“You can’t stick your head in the ground like an ostridge,” said Debbie Jaccarino, who lives in Bethel, Connecticut and visited the museum with her family. “If you get rid of it, it’s like it never happened.”

Other visitors were unimpressed with the wall text, and observed a lack of creativity in the display. Some wished for a more interactive aspect, such as a wall for people to leave comments on. Those believed that it was important for the piece to be on display, but only if it was better contextualized. Several people felt the language of the wall text skated around the key issues of the portrait.

John Walker ’00, who visited the museum to see the display with his wife and two young daughters, was disappointed by the lack of context and felt the wall text was “not nearly enough.” He, like several others, also wished the painting was more prominently displayed. 

“This was handled with kid gloves,” Walker said. “No, less than kid gloves.”  

Visitors and students expressed frustration with how the museum display was physically set up. Some felt the child was not sufficiently centered. Currently, “Elihu Yale with Members of His Family and an Enslaved Child” is hung between a portrait of Yale and his nephew, a portrait of a woman previously thought to be Yale’s daughter and a portrait of a woman painted by the uncle of the group portrait’s supposed artist. At the front of the bay, a smaller version of the group portrait painted on copper can be seen. 

When the group portrait was originally taken down in 2020, a piece by New Haven-based Black artist Titus Kaphar titled “Enough About You” was installed in its place. In Kaphar’s painting, a physical frame surrounds the enslaved child’s face — eyes daring, body set free — and the figures behind him are crumpled up. The collar, which according to Town would have been made by the same people who made dog collars and was used to prevent enslaved people from running away, is removed. 

At the group portrait’s display, resident of Orange, CT and museum visitor Bill Christmas excitedly showed Jackson, who he was accompanying, Kaphar’s portrait on his phone. 

“You have to see this,” he said. As soon as Jackson saw the photo, she shrieked out with joy. 

“Look at the defiance, and the chain is gone!” she exclaimed. 

Kaphar’s piece was recently returned to its owners — Arthur Lewis and Hau Nguyen — but person after person mentioned Kaphar’s portrait and expressed how they wished it was in the YCBA space, either alongside or in place of the painting. Many wished for the child to be represented outside of the bondage he suffers in the group portrait.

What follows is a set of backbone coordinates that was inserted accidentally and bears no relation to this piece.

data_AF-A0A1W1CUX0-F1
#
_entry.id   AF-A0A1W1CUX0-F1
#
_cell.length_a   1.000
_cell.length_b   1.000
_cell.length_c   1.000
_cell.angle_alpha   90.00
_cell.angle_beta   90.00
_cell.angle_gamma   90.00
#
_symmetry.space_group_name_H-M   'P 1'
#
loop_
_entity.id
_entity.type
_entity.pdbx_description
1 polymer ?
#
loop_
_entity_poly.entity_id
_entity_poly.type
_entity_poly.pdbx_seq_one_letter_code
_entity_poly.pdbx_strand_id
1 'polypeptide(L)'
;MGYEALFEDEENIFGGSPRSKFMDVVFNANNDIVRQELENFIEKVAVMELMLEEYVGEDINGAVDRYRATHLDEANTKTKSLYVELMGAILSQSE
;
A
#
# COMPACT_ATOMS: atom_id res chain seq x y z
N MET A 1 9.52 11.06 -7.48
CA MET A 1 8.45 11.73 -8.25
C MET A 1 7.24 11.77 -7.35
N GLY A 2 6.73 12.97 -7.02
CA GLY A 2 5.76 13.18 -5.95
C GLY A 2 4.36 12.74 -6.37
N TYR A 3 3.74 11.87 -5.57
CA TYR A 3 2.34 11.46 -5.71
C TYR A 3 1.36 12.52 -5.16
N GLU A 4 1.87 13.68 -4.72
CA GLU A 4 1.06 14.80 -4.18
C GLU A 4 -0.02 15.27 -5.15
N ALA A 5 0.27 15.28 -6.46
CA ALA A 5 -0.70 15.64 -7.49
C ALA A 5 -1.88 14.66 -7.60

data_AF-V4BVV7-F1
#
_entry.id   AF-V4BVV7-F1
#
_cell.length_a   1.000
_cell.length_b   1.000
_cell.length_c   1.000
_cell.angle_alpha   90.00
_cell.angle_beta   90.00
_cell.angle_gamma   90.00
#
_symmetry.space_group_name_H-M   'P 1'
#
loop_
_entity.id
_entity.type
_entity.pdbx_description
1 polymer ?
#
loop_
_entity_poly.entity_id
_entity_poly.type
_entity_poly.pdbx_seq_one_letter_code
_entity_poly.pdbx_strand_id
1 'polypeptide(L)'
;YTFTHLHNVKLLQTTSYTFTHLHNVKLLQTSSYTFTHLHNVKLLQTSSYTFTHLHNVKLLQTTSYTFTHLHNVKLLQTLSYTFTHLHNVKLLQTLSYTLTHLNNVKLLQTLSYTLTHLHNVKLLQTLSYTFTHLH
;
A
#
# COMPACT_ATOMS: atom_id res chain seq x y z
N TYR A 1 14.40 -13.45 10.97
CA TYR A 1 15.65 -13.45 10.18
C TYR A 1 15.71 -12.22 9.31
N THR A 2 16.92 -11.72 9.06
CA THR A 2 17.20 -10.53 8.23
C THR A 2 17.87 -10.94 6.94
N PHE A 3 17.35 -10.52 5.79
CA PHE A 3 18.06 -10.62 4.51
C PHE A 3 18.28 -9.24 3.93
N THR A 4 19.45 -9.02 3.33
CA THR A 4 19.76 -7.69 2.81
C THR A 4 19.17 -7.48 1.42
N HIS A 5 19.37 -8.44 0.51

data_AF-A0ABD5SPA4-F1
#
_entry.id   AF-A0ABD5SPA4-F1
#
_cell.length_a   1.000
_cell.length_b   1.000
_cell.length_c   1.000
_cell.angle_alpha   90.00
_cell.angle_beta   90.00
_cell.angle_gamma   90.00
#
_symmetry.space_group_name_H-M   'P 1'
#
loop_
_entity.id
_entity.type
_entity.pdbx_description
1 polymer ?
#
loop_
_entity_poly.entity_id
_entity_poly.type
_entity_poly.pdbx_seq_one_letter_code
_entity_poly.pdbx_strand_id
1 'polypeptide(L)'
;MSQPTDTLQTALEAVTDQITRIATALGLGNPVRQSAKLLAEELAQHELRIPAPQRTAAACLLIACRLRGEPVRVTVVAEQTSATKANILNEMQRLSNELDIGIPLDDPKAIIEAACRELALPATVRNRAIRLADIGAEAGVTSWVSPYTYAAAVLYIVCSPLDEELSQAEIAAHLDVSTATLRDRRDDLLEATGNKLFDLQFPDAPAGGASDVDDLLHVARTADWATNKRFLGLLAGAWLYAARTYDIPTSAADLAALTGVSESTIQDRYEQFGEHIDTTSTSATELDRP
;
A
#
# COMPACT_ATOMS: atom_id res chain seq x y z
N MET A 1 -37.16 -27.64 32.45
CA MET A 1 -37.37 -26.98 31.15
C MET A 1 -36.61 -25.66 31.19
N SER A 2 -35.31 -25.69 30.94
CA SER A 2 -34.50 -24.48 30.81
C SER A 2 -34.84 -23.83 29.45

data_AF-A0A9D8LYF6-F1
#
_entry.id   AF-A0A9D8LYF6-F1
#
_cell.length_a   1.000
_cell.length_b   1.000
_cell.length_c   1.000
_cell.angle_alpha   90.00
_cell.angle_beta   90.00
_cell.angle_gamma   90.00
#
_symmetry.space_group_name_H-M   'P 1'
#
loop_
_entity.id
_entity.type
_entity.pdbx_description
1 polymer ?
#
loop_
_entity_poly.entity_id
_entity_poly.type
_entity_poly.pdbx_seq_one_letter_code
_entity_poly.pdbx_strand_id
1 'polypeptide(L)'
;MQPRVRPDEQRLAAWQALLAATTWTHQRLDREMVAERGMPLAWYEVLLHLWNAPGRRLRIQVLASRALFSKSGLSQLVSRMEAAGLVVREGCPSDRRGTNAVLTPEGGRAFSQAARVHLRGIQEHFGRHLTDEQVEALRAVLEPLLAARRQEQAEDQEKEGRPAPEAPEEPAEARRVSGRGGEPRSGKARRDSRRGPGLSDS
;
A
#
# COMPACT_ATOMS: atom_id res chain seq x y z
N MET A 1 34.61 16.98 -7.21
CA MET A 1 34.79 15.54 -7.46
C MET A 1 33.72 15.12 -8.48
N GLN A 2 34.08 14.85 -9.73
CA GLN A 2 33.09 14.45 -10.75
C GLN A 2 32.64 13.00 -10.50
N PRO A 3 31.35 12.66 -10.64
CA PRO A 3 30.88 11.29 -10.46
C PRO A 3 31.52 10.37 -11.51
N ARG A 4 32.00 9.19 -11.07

“Primary sources need to be put in context with secondary sources,” Walker said, explaining that modern artwork can serve to make the meaning of historical art more clear. 

Three visitors described the portrait as “beautiful,” one described the child as “happy,” and several others considered it simply a product of its time. 

Out of the seven portraits of Elihu Yale — all of which are held by Yale University — three feature Elihu Yale and an enslaved person: the large and small versions of “Elihu Yale with Members of His Family and an Enslaved Child” and a portrait that hung in the Yale Corporation Room from 1910 to 2007. This portrait titled “Elihu Yale with his Servant” featured Elihu Yale next to an enslaved person in a similar collar. The News first reported on the portrait in 1995, publishing a front page story accompanied by a photo of the painting. The portrait belongs to the Yale University Art Gallery. 

Chakrabarti argued that this portrait should be put on display next to the group portrait in order to show that Elihu Yale’s desire to be presented alongside enslaved people is not an “anomaly.” 

“I do think the other painting should be studied as well,” Town said about the necessity of an investigation into the enslaved person in “Elihu Yale with his Servant.” 

Earlier this year, an organization founded in 2015 called Making A Village began an initiative titled #ReclaimTheChild. Posters of the enslaved child, put up by the organizers, can be seen on campus billboards and New Haven lampposts. On the posters is a QR code that guides the viewer to a website calling for artists to “reclaim the child” by creating art in a way that gives the child his own identity.

Two of the project’s leaders, Jadie Meprivert and Eric Gray, said that the responses have been “overwhelming.” They have recieved photos, sculptures, paintings and films. Meprivert and Gray said they support the museum’s efforts in finding the name and identity of the child. They are also aiming to engage in discussions with the YCBA with the hope that a sculpture of the enslaved child, which was sculpted by one of the artists participating in the project, can be put on display. 

Meprivert described that for the New Haven residents she has spoken to, it can be “traumatizing” to see the face of the child in the collar on display — a child who could be anyone, or anyone’s. According to Meprivert, residents and community members are using #ReclaimTheChild project to finally give the child personhood. 

“[Artists are] giving him a voice, a future, a hopeful vision outside of the shackles, outside of that bondage — truly reimagining, reclaiming that child,” Meprivert said. 

The Elihu Yale Portrait Research Team said they welcome community members’ and visitor’s thoughts and ideas on the group portrait, which can be shared via an online survey

Tigerlily Hopson covers diversity and inclusion at Yale. Originally from Brooklyn, New York, she is a first year in Berkeley majoring in English.